When I was eleven years old, I was wed to a prince of the Fair Folk.
I don’t recommend it.
To be fair, it was my own fault. Mum always said to leave alone the old stone ringforts that were out in the countryside, lest I disturb the Fae. But I was never one for listening, and what was the point of getting to visit my uncle’s little farm if I couldn’t explore the hills and fields beyond it? It was the kind of thing I rarely had a chance to do at our home in Derry; I couldn’t let some dumb superstitions stop me.
He’d been small, about my size when I was that age, with a face that was somewhat handsome and yet unmistakably wrong. The head was just a little too round, the ears and mouth a little too small, the emerald eyes a little too expressionless. He was dressed elegantly in a dark blue suit that almost hid the fact that his limbs were just a little bit too long compared to his body.
When he’d seen me, his small mouth had stretched unnervingly wide in a cold, unfeeling grin. “Hello there, beautiful,” he’d said to me, his voice slow and soft.
Now, when I was eleven, “beautiful” is not a word I would have used to describe myself. My red hair was a tangled mane of frizz that came down to my shoulder blades and came out horizontally almost as far. My nose had a weird hook in it that made it look like a beak. My face was long like that of a horse. On top of that, in this particular moment I was covered in dirt and leaves and scratches from messing around outside. So of course, when he called me beautiful, I spat in his face because I don’t much appreciate liars.
He calmly took a square of cloth from his breast pocket and wiped his face clean. “Can you give me your name, small one?”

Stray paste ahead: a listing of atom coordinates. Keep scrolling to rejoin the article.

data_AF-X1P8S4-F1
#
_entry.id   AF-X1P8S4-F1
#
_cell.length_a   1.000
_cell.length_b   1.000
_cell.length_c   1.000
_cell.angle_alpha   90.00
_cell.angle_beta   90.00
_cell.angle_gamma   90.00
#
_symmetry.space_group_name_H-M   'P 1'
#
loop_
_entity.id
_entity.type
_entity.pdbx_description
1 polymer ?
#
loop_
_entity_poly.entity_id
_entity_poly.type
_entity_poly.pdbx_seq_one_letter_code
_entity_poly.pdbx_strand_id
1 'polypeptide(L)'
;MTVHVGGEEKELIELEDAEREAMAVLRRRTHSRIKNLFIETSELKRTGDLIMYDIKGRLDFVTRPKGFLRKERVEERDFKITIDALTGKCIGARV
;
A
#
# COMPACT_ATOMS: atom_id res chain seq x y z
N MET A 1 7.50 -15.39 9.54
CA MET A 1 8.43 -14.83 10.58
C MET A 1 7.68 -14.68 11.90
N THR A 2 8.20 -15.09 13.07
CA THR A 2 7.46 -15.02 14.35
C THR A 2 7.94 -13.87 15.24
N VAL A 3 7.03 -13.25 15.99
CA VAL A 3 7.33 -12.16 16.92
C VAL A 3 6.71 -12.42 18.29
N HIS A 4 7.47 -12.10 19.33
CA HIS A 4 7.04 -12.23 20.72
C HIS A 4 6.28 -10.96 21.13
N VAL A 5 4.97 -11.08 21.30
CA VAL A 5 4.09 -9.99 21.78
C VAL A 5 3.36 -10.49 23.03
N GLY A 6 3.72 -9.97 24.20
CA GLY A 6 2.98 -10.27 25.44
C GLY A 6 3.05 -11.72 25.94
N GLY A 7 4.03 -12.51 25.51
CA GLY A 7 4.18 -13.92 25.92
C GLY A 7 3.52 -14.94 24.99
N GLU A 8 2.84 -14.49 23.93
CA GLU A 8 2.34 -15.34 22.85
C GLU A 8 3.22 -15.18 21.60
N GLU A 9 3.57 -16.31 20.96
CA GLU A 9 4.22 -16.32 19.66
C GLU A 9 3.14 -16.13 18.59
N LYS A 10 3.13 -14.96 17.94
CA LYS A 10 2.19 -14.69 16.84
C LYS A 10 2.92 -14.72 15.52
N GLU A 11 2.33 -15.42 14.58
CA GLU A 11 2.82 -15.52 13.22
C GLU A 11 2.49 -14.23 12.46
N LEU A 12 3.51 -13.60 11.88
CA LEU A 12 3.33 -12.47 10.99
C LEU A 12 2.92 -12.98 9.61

Without another word he took my hand and led me deep into the woods. I didn’t want to go with him, but I couldn’t make myself resist, and so I found myself in a clearing illuminated with dappled green light and dotted with luminescent flowers and mushrooms. There was an archway formed by two interwoven trees, and the Faery Prince and I were married. After the ceremony, the Fae all drank large amounts of cream and fell asleep, at which point I was able to leave. From that point onward, they came after me. I’d married one of them, so now I was their property. The Fair Folk, evidently, have never heard of feminism. I didn’t feel like being the one to introduce it to them.
Thanks to my mistake, I was now living in fear. It’s the kind of thing you strangely get used to. As I made my way down the street from my apartment in the neighborhood known as the Bogside, I barely gave a second thought to the fact that I was wearing my shirt inside out and carrying a dry piece of bread in my pocket, or to my habit of walking well around any stray cats or foraging squirrels, or any of the other dumb things one must do to keep out of the clutches of the Fae. The precautions and paranoia were normal, seeing as how I’d been a runaway bride for around a decade now.
I shivered in the late January air, taking myself out of my own head for a moment. The Bogside had changed a lot in the past few years. The neighborhood had been walled off and fortified, declared free while the rest of Derry sat under occupation. It’s hard to say which I prefer at this point: the Fair Folk or the Brits. They’re both always around, always menacing, always waiting for their chance to take what they think is theirs.
They’ve taken enough from me already.
My mum used to tell me about how her father fought and died for Irish freedom back in the twenties. He was a hero, she’d say on many a night. It seems a cruel trick that his hometown never actually became free. When I was younger I thought maybe he, too, had run into some trouble with the Fair Folk and now they were punishing him. Then I learned about gerrymandering and whatnot and how it could magically transform a nationalist city into a loyalist voting bloc, and the world seemed an even stranger and more menacing place than before.